As the recorded-music business continues its migration to the digital domain, and relies less on sales of physical music formats, the big companies in the sector are developing strategies that position advertising and branded content as core revenue streams. Up until now, neither area has been very significant to music-industry coffers, analysts and executives said.
The shift in strategy, sources said, should result in a boost of online music-video ad spending in the next three years of between $100 million to $500 million across the music business. Some say the figure may be even higher. By comparison, eMarketer predicts that total online video sales will grow from just over $1 billion this year to $3.1 billion in 2012.
Recent deals illustrate the new push to aggressively develop advertising for online music-video streams.
Just last week, Warner Music Group struck a deal with advertising rep Outrigger to sell ads across every digital platform where WMG videos are distributed.
The arrangement follows a decision by WMG to recapture advertising sales rights from all online sites that distribute its content, including YouTube and dozens of smaller outlets. Instead of licensing the rights to sell ads to others, WMG, through Outrigger, will sell ads itself and give a percentage of the take to the distributors. In the past, the model was the reverse, where exhibitors sold ads and gave WMG a cut.
WMG’s strategy shift comes as other music companies are also embracing different models. Universal and Sony have created Vevo, which is billed as a Hulu-like destination site for their music-video content. Others may also join the venture, sources said, including EMI, which is in talks to do so.
Michael Nash, evp of digital strategy and business development at WMG, explained the decision to take back control of ad sales this way: “While we had some ubiquity in distribution, that was not a good thing in terms of developing the ad market, because you had lots of different sales forces talking to advertisers about content, but there was no premium proposition. Product was being presented with a wide array of quality standards, many falling below our standards.”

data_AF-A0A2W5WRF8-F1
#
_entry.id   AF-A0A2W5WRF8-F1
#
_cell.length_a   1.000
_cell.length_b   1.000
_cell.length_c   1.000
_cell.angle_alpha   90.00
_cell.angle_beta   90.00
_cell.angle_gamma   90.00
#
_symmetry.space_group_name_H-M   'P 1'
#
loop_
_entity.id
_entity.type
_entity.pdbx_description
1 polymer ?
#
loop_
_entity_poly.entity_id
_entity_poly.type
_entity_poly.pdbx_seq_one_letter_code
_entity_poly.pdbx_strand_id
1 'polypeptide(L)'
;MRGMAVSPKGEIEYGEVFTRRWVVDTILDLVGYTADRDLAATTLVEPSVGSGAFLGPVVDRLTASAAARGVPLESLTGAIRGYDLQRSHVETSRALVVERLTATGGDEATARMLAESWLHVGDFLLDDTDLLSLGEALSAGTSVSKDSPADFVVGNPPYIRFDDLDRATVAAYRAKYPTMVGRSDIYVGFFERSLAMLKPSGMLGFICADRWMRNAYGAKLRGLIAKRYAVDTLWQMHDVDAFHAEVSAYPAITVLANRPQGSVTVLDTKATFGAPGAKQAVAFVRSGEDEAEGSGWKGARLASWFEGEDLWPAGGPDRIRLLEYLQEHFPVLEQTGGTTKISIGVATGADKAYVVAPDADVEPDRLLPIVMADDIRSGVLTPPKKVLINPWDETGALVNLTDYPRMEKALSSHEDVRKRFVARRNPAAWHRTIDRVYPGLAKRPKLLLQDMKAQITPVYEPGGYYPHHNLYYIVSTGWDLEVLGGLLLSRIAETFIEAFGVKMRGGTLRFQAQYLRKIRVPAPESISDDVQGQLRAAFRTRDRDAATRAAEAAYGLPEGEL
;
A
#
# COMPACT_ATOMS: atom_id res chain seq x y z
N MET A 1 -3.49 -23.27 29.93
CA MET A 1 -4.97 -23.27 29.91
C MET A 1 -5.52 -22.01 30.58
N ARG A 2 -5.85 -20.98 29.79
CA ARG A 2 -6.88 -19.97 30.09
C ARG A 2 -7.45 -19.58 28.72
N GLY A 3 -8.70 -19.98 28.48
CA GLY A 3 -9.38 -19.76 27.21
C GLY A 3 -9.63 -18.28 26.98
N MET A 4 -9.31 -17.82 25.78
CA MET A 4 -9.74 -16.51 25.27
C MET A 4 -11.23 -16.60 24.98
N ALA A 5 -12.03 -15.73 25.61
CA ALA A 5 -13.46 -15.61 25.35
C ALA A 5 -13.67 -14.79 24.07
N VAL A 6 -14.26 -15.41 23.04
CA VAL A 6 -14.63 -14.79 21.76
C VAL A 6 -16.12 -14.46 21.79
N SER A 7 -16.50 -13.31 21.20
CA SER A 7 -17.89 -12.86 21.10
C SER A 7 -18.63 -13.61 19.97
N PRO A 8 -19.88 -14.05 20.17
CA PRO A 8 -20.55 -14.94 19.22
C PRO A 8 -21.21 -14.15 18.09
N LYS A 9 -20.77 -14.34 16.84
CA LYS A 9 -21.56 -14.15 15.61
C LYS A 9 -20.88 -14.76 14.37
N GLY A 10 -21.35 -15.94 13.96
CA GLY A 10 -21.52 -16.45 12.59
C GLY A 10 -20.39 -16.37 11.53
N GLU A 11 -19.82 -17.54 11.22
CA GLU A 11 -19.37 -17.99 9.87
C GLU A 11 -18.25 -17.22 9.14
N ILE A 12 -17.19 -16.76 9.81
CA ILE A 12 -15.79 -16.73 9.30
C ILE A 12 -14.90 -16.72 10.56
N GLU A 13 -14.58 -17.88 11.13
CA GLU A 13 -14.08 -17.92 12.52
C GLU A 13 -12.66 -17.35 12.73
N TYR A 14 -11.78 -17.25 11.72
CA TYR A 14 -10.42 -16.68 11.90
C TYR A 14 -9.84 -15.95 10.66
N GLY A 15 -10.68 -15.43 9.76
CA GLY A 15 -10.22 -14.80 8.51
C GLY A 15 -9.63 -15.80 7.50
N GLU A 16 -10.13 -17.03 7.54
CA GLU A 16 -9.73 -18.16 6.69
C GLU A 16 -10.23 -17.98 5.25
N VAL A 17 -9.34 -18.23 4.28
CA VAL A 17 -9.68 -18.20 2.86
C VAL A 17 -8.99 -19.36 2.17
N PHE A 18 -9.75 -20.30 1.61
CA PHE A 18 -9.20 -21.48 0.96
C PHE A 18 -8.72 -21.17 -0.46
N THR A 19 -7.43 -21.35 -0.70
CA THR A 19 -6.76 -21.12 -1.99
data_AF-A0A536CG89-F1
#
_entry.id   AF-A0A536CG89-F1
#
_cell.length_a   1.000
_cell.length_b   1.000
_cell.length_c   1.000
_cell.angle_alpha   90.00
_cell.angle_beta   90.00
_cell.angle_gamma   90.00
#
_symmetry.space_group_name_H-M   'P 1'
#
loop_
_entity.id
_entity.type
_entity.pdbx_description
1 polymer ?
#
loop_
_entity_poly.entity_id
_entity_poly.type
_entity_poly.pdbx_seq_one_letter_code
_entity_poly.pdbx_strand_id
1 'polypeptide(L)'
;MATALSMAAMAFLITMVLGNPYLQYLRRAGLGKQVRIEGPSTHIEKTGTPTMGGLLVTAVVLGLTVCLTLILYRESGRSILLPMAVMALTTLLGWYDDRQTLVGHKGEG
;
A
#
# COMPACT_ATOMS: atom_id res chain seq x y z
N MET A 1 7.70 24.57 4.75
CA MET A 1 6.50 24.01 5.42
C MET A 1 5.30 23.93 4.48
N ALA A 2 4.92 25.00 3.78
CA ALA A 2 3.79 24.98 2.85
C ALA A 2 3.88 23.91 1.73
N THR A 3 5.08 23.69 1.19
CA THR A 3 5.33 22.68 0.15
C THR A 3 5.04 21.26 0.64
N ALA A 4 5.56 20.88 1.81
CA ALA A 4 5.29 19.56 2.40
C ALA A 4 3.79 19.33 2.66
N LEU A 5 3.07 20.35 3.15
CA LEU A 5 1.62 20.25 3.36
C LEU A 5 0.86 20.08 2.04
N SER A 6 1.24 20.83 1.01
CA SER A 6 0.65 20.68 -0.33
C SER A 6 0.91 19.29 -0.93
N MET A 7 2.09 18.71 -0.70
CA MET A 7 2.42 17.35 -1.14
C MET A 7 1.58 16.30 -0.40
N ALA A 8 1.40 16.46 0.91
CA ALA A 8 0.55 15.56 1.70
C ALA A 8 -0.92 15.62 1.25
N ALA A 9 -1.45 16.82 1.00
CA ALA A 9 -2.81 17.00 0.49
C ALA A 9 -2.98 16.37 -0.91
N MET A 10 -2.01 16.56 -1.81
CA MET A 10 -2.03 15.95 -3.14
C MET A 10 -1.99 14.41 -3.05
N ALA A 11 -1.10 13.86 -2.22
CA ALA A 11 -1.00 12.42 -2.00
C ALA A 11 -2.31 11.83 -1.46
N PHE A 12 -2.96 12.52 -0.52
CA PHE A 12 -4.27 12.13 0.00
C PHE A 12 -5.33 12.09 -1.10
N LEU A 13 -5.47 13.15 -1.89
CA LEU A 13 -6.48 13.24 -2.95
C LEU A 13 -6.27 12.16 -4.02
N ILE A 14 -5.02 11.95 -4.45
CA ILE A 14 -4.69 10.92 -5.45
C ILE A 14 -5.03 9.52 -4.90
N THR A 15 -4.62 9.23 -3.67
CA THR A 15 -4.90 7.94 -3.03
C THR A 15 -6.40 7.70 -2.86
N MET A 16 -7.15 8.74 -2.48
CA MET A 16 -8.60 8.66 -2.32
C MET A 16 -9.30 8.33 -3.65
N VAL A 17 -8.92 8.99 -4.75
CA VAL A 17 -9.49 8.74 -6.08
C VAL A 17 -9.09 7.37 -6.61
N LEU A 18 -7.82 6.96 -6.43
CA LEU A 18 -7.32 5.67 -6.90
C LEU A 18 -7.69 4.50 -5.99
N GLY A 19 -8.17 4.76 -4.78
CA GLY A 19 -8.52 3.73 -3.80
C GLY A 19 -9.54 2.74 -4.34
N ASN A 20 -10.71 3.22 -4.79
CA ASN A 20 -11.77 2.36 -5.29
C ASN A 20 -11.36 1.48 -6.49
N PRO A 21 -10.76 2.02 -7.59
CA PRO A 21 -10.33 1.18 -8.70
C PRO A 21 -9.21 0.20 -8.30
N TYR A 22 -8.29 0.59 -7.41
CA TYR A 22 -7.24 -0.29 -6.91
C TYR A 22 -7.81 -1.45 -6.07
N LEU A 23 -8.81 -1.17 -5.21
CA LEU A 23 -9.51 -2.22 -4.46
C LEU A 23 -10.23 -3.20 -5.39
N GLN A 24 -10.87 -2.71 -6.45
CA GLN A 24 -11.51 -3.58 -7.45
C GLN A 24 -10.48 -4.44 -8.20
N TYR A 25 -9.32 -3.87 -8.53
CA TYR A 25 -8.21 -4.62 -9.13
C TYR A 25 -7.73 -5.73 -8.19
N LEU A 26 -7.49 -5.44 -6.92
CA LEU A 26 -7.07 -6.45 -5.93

PricewaterhouseCoopers expects consumer spending on CDs and other physical music formats to fall by almost half to $11.3 billion between 2008 and 2013. At the same time, digital music sales are expected to nearly double to almost $15 billion, leaving a shortfall of between $3-4 billion.
PwC managing partner Mike Kelley predicts that not only will advertising become a core revenue stream for the music companies, but their redoubled efforts in the space will elevate “pre-roll creativity. There will be a halo effect emanating from what is already seen as highly creative content.”
Content and advertising will also feed off each other in the sector, he said, noting that recording artists like Rihanna endorse numerous brands, which will naturally gravitate to supporting the artist’s videos. The industry will also tap into social networks, where artists like Ashley Tisdale have upwards of 4 million friends and followers on Facebook and Twitter combined.
Branded content is also a format that WMG and other vendors in the space will expand, said Mike Henry, CEO of Outrigger. He cited as an example a just-released piece of branded content from WMG’s Atlantic label featuring Cobra Starship in a behind-the-scenes segment at the MTV Video Music Awards, where the band prepares for the show and the lead singer is shown using his Nokia Twist phone.
“The engagement between the fan and the artist is so high that the audience watches them again and again,” said Henry. “These aren’t just actors but people their fans care about and what they do, and the brands they use.”